If anyone checked the source for this article, the 1911 forum, you’d see that a rep from Colt-Spain stated that they only let the director and a few other employees go, they have a six month backlog of work, and are just fine. The issue was with the CCS director.

    In other words, the sky ISN’T falling.

  19. avatar kap says:

    Why give a rats arse about Colt, the Management of this company decided to go with the Gov Contracts and when their product got dumped by the gov, they then tried to produce a shoddy revolver so that we could bail them out!
    Let the big shots take a 3/4 pay cut could run for 10 years (conjecture)

  20. avatar BCE 56 says:

    I can understand why Colt would want to pursue military rifle contracts.
    Abandoning their core products and civilian customers to do so looks like a huge mistake. Those products include the DA revolvers and the 1873 variants.
    And the 1911s.
    Colt once enjoyed the reputation of producing the finest 1911s available.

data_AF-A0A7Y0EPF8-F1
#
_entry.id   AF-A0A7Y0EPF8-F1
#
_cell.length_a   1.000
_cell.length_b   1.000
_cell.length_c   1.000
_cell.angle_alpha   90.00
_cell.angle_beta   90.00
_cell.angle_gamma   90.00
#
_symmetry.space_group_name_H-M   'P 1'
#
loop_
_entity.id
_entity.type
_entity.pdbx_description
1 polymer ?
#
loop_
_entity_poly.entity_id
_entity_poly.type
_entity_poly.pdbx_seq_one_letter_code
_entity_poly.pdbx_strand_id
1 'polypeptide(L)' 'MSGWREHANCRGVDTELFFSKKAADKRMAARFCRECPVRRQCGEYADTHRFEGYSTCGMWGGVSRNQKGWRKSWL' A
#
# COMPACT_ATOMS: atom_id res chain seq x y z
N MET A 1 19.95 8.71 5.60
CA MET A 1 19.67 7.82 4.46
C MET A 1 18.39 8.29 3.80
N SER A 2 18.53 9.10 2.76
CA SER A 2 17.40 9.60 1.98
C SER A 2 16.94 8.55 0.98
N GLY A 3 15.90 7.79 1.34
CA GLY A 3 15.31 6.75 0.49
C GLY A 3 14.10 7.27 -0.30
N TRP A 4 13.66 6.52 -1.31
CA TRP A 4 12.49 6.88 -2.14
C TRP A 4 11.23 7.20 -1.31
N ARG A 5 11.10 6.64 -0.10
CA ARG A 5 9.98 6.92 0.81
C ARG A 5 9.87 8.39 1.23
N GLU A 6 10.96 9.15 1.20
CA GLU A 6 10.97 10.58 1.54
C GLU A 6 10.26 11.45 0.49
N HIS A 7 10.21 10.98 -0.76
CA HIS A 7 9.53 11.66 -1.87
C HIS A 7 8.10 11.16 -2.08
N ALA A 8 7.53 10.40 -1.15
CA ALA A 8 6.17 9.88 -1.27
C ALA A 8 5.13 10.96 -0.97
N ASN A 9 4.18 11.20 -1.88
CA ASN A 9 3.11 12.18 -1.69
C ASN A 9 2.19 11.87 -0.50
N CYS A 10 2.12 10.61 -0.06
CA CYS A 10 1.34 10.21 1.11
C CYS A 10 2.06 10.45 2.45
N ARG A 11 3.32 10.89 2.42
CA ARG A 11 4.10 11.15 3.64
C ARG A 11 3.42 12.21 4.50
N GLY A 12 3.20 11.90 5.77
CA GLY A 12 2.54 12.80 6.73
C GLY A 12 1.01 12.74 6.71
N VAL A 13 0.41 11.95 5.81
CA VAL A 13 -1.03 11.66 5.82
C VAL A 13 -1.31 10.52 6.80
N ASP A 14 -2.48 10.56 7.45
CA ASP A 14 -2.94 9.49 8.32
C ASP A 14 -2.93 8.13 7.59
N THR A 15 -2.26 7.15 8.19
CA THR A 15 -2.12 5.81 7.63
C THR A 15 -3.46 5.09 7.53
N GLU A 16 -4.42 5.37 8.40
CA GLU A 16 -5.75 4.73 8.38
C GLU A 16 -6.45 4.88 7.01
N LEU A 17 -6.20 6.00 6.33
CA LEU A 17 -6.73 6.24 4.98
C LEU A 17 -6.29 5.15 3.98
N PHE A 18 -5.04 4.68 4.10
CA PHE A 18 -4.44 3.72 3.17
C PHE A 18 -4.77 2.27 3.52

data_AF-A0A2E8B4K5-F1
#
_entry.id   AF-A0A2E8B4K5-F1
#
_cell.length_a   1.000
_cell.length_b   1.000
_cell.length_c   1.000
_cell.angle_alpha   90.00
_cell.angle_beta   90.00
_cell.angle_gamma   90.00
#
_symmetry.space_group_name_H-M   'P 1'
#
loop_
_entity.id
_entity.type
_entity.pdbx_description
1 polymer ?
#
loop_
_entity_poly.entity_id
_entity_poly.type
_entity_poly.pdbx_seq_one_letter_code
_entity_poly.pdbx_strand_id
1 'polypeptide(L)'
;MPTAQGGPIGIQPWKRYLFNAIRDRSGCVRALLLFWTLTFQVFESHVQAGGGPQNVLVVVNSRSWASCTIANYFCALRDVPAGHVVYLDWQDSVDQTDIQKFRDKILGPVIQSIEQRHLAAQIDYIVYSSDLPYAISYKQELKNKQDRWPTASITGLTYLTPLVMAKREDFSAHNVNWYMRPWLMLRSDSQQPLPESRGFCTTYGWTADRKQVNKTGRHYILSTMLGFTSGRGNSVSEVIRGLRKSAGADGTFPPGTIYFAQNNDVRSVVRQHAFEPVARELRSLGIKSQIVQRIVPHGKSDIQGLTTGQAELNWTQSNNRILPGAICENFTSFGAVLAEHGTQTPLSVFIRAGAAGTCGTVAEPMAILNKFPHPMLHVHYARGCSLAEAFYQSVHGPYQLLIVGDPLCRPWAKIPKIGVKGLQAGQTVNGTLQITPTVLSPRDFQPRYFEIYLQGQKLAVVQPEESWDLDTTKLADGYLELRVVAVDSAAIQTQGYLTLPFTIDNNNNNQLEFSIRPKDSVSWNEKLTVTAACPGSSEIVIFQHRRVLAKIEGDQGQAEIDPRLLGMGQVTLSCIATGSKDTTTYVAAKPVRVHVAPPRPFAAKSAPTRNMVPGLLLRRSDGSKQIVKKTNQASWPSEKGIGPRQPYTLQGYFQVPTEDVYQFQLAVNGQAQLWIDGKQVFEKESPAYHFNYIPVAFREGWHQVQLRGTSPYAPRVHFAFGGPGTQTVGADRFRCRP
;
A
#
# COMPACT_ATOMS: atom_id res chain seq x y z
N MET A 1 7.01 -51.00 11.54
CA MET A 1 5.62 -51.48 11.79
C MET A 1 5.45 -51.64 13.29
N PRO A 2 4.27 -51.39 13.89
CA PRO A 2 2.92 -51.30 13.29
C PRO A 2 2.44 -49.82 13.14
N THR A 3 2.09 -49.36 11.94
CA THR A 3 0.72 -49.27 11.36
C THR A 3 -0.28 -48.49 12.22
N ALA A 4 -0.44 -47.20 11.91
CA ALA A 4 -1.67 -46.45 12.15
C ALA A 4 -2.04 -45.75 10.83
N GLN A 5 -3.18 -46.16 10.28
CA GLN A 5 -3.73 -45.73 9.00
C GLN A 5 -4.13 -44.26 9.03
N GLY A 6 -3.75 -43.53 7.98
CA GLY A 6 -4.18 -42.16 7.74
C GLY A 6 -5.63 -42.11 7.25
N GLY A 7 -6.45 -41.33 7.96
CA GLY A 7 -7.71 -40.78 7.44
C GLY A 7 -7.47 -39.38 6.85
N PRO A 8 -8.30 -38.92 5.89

But by the mid-70s fit and finish of Colt 1911s had slipped noticeably, though Gold Cups were still quite nice.
    While Colt snoozed other mfrs, notably Springfield Armory, stepped up with high value pistols at a reasonable price. Look at that market now. Even with the distraction of plastic pistols the demand for 1911s remains high.
    Colt should have dominated that market but has been squeezed out by SA, Kimber, Sig, Remington, Ruger, even *Cabot*, Taurus and the various imports. Not to mention Wilson, Baer, Brown, Nighthawk etc.
    Colt’s loss is our gain, but it is sad to see the demise of a trusted name.

  21. avatar Sam Sneed says: